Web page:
Leaders must empower frontline workers and outlaw silos. Frontline workers create value for businesses. Silos destroy value and encourage individual department’s performance, often at the expense of the organization’s overall goals. Still, many firms create organizational structures and design compensation and benefits systems that encourage silos. Besides, they create departmental goals, and reward executives with stock options and other measures that focus narrowly on short term individual performances. To be sure, rewarding individual performance is crucial; however, it must not be to the detriment of the overall firm’s performance.
Businesses need teams to function well and cohesively to be successful. That’s why it is crucial that management ensure they remove silos and choose broad, shared goals. Each employee should know she works directly for the firm to delight customers; her department’s goals are secondary to delighting the customer. Employees in a firm, for-profit or nonprofit should heed Apostle Paul’s words in Romans 12:16: “Live in harmony with one another. Do not be haughty, but associate with the lowly. Never be wise in your own sight.”
Have you been fed up when you call a firm’s (Cogeco, Bell Canada, Manulife) customer service and the employee passes you to different sections for a simple matter? These firms do not hire, train, and reward the right frontline workers and give them adequate, responsible authority to do their jobs effectively. These employees operate in silos!
Empower Frontline Workers
Leaders must empower frontline workers by giving them enough authority to carry out day-to-day activities and implement the firm’s mission. Thus, if I call Cogeco’s customer service for a routine matter about my bill, press the correct number on the keypad, wait 20 or more minutes, the person answering shouldn’t transfer me to another section where I must wait a further 20 minutes for a routine matter. The firm should train the first person properly, and she should be part of a shared reward system with others who deal with customers.
Though frontline workers might appear to be at the lowest level in the company, they deal with vital matters affecting the business’ future. They speak to the customer, and as the late Peter Drucker said, “… Business is a customer.” Frontline workers will cause customers to stop supporting the firm or be loyal to the firm by their dealings. Many firms realize this and ask the customer to take a survey after speaking with customer service.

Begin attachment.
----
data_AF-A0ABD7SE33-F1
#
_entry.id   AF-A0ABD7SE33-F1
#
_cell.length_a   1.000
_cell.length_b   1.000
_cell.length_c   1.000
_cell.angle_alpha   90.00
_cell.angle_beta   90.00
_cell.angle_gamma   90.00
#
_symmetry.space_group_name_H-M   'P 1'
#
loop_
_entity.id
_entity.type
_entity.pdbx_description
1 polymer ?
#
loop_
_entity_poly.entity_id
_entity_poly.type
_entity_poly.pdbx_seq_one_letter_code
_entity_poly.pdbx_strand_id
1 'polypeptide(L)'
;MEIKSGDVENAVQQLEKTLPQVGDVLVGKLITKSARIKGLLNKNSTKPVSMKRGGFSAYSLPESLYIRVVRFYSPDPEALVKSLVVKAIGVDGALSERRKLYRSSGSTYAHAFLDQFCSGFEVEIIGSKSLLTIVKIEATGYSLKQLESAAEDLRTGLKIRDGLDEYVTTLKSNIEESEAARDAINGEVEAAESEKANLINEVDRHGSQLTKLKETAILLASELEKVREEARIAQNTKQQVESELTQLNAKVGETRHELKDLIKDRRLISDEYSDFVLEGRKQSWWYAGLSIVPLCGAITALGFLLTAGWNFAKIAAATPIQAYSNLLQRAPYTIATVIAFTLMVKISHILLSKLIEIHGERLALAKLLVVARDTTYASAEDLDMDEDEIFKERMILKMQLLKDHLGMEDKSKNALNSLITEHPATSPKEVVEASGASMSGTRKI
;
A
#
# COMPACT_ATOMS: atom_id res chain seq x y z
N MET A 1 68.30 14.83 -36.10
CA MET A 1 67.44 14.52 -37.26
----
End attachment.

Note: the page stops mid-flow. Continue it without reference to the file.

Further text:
Several tools (Just-in-Time, Lean) exist to optimize productivity and quality to create value for stakeholders. Leaders should train frontline workers with those relevant to them. These measures have different nuances, but each deals with three main issues. First, they delight customers; second, they create value for stakeholders; third, they improve quality and reduce costs. Even so, frontline workers should know the firm’s value creation platform, and supply chain.
Frontline Workers Key To Customer Satisfaction
Frontline workers must know they have to get products out on time, and deal promptly with customers’ complaints. Although temptations abound to cut corners to ship products quickly and answer questions without proper research, workers must know it is never acceptable to cut corners. They must do what’s right, never what’s easy.
It’s vital leaders avoid these dumb decisions that later harm the firm’s brand and destroy customer and stakeholders’ value:
- Ignore people issues: Listen, hear, and understand people’s concerns, complaints, suggestions. You can’t be “too busy” to deal with any people issue, such as compensation, vacation, product quality, delivery, time-off requests.
- Try to control costs: You can’t control costs; learn to control cost drivers. Sometimes leaders look at final costs and complain about rapidly rising costs, instead of looking at their causes—their drivers.
- Send out inferior product: The majority of unhappy customers do not complain, they go elsewhere. Take time to fix issues. Don’t ship sub standard products or try to persuade customers to accept them.
- Cut corners to “save” money: What are savings? You don’t “save” when you cut corners. This attitude could be a large expense in lost sales and damaged reputation.
- Assume the future will resemble the past: Don’t live in the past and assume customers will accept what you did yesterday. Learn how to satisfy customers today—keep learning.
- Ignore opportunity costs of decisions: Decisions have an opportunity cost—the alternative you can’t do because of the today’s commitment. Be conscious of options you choose to ignore when you decide.
© 2019 Michel A. Bell